Cynthia Smith is a renowned financial expert, business coach, serial entrepreneur, and author of Untangling the Ledger. The self-made millionaire started her tax service with only $500, and today, she’s made up to $100,000 a month through varied business efforts. But as expected, she had a plan for every dollar she made, and it was a journey.
“Before taxes, I worked in oil and gas. I’ve been making six figures since I was 26 years old, but I had poor money-managing skills. Also, I had twins at 18. So, anything they wanted, they got,” she admitted. “But as I got older, I realized I wanted to do more, so I had to stop spending so much to allow my bank account to grow. I positioned my mind to get uncomfortable with over-spending. As a people, we don’t teach money management, and it’s important.”
While she’s unique in the sense that her 9-to-5 allowed her to live generally comfortably, she still enjoyed doing taxes as her side hustle. Cynthia comically shared how she’d initially meet people at coffee shops to use the free wifi. But, like many, her main source of income started to come at the expense of her peace. “I recall being on my last project, and it was a hard project to be on because there were so many egos. I started to feel like why am I here? I had a successful business, but my job was my crutch,” she explained.
Once she became a full-time tax accountant, she started to experience extreme highs and lows and learned quite a bit along the way. “Some people look on the outside and don’t realize the hard work. There were nights I cried and nights I had to make payroll when I was still working,” she said. “At some points, I’ve had a $10k payroll, along with a mortgage, and still had to support my twins.”
There’s also been struggles she’s endured throughout the company’s process. “My business is predominantly women, and we usually get along well. But I had one messy situation. There’s been times where I could’ve been a better leader or manager or explained components better,” she confessed. “Now, when we’re together, we’re family, but I also don’t allow anyone to put holes in my ship.”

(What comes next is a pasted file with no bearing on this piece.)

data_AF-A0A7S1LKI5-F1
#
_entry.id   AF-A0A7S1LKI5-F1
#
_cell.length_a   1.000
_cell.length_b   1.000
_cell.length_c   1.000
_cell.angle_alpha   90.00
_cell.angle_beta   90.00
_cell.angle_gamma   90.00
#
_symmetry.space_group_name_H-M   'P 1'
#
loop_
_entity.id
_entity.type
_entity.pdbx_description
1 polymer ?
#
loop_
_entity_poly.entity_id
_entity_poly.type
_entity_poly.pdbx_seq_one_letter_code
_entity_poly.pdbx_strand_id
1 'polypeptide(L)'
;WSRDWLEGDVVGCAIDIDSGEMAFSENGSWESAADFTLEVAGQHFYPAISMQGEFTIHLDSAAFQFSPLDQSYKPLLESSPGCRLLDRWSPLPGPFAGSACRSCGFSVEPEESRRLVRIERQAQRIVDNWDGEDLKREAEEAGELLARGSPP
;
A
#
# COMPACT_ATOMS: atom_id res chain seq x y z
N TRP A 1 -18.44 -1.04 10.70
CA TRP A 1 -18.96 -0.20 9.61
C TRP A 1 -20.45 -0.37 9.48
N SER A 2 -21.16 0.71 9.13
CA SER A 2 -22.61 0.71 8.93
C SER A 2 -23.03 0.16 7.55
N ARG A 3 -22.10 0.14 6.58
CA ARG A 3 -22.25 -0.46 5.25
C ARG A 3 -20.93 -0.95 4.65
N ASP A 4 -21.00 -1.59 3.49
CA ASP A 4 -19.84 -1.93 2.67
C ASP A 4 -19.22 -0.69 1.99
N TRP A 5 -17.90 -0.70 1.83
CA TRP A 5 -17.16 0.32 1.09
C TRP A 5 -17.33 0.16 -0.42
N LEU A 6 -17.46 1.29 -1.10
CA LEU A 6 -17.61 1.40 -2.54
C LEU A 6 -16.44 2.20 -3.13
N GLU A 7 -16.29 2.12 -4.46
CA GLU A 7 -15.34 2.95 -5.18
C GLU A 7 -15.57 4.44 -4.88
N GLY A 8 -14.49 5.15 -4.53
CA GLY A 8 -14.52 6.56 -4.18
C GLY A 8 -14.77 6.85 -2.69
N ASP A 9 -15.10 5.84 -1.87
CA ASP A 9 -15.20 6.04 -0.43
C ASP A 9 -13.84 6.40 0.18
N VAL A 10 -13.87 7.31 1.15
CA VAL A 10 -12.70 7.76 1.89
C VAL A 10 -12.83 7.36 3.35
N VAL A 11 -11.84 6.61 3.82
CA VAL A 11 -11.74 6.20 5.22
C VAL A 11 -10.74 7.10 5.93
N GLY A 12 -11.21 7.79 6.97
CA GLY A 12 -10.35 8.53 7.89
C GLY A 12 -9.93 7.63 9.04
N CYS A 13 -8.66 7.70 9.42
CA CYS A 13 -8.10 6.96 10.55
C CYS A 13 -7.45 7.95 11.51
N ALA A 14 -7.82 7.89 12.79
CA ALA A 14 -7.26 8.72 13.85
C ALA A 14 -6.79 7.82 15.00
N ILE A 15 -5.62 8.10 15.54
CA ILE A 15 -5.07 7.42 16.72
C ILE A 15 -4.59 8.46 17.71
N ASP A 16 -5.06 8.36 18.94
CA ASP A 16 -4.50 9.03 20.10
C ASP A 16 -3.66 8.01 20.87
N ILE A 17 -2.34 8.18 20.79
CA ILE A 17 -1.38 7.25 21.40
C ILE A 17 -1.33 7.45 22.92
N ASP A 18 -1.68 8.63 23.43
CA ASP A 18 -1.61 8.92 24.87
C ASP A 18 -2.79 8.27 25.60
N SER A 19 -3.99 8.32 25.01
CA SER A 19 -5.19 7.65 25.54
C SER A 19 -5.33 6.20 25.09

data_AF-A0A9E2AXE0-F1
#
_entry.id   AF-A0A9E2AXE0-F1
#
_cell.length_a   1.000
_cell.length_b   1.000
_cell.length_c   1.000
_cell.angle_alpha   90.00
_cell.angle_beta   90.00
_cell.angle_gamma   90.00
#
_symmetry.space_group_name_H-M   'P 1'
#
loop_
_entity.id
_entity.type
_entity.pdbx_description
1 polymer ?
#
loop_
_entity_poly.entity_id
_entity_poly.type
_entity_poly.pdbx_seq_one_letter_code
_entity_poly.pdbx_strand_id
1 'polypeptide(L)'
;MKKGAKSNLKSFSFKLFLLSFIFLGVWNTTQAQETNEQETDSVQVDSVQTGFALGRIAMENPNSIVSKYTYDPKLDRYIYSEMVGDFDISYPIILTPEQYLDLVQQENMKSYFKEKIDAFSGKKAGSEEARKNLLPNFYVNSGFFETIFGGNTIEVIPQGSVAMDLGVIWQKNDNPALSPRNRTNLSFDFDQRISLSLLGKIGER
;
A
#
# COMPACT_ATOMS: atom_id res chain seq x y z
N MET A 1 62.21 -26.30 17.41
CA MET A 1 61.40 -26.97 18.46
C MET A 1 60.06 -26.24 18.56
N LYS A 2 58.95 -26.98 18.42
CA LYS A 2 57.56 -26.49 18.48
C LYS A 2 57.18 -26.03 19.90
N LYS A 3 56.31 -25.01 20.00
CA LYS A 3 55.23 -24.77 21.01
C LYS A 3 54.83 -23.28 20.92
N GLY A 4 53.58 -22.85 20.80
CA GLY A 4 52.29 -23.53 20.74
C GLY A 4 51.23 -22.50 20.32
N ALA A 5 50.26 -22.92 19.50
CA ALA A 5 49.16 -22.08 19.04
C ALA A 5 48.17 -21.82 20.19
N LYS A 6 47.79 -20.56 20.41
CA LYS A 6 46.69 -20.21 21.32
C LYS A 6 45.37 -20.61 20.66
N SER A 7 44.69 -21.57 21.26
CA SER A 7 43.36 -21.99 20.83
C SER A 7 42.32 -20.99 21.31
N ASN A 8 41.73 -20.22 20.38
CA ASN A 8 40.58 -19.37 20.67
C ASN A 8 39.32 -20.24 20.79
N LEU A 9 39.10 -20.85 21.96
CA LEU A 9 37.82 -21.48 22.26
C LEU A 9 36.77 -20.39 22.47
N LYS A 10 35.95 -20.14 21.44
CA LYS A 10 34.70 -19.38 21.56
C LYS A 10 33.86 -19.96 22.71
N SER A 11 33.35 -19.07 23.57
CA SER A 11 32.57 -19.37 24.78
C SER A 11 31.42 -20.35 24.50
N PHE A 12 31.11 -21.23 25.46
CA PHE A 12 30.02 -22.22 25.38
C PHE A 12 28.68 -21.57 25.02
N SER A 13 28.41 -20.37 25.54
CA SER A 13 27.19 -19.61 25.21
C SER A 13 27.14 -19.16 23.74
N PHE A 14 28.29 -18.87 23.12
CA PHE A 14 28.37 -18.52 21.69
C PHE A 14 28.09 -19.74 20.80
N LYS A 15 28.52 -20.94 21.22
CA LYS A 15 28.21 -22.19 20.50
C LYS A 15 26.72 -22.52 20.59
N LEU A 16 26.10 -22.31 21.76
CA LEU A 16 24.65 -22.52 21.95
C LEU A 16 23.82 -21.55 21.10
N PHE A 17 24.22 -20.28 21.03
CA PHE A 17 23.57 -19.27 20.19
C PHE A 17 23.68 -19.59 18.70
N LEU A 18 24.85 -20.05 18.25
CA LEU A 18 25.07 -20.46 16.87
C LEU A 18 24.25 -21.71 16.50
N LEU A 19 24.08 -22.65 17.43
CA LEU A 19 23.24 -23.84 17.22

In addition to her accountability and hard work, Cynthia credits varied streams of income and responsible spending to her financial success. “I wasn’t strict in the past. But I started budgeting in 2017. The twins were in college so I had to change how I was spending, and I maintained that discipline. Now, as an empty-nester, I spend less. I don’t purchase large items every day.” Today, Cynthia owns her tax office, tax franchise, a tax software, skincare line, and teaches taxes. In their entirety, the tax offices have roughly 8,000 clients.
She also differs from a lot of her peers in how she invests. Most of her investments are primarily into her own endeavors, like the skincare line and tax software – not stocks and bonds. “When it comes to anything, I like to see a fast turnaround. I like to see where it’s going; I don’t like to wait. I made over $1 million in less than six months,” she said. “It may not be the right way, but that’s how I operate. However, I maxed out my sons’ 401k. I’ve seen the market go up and down, but that’s one of my favorite things I took from my oil and gas job.”
When asked what other financial tips she has for our readers, she mentioned the importance of credit and budgeting. “Instead of using my own cash, I use credit cards. Get one with points. For my birthday, I took my boys and my baby sister to Vegas. All of their trips and vacations were paid for by points,” she explained. She also encouraged eating in and being very specific with your budgeting spreadsheet. “For 2024, forget the outside. You don’t have to be in the in-crowd. Walk your journey. Read the fine print, and block out the outside noise. Focus on you and growing and learning yourself and passion.”
She continued, “My money mantra is to ask God to do exceedingly above all that I ask for and make me a good stewardess over my family. I put God first, and I know it’s nothing but him that keeps me going. Looking into the future, her goal is to become bill-free and have little overhead. “When I reach 50, I don’t wanna worry about my mortgage, and I want to retire.”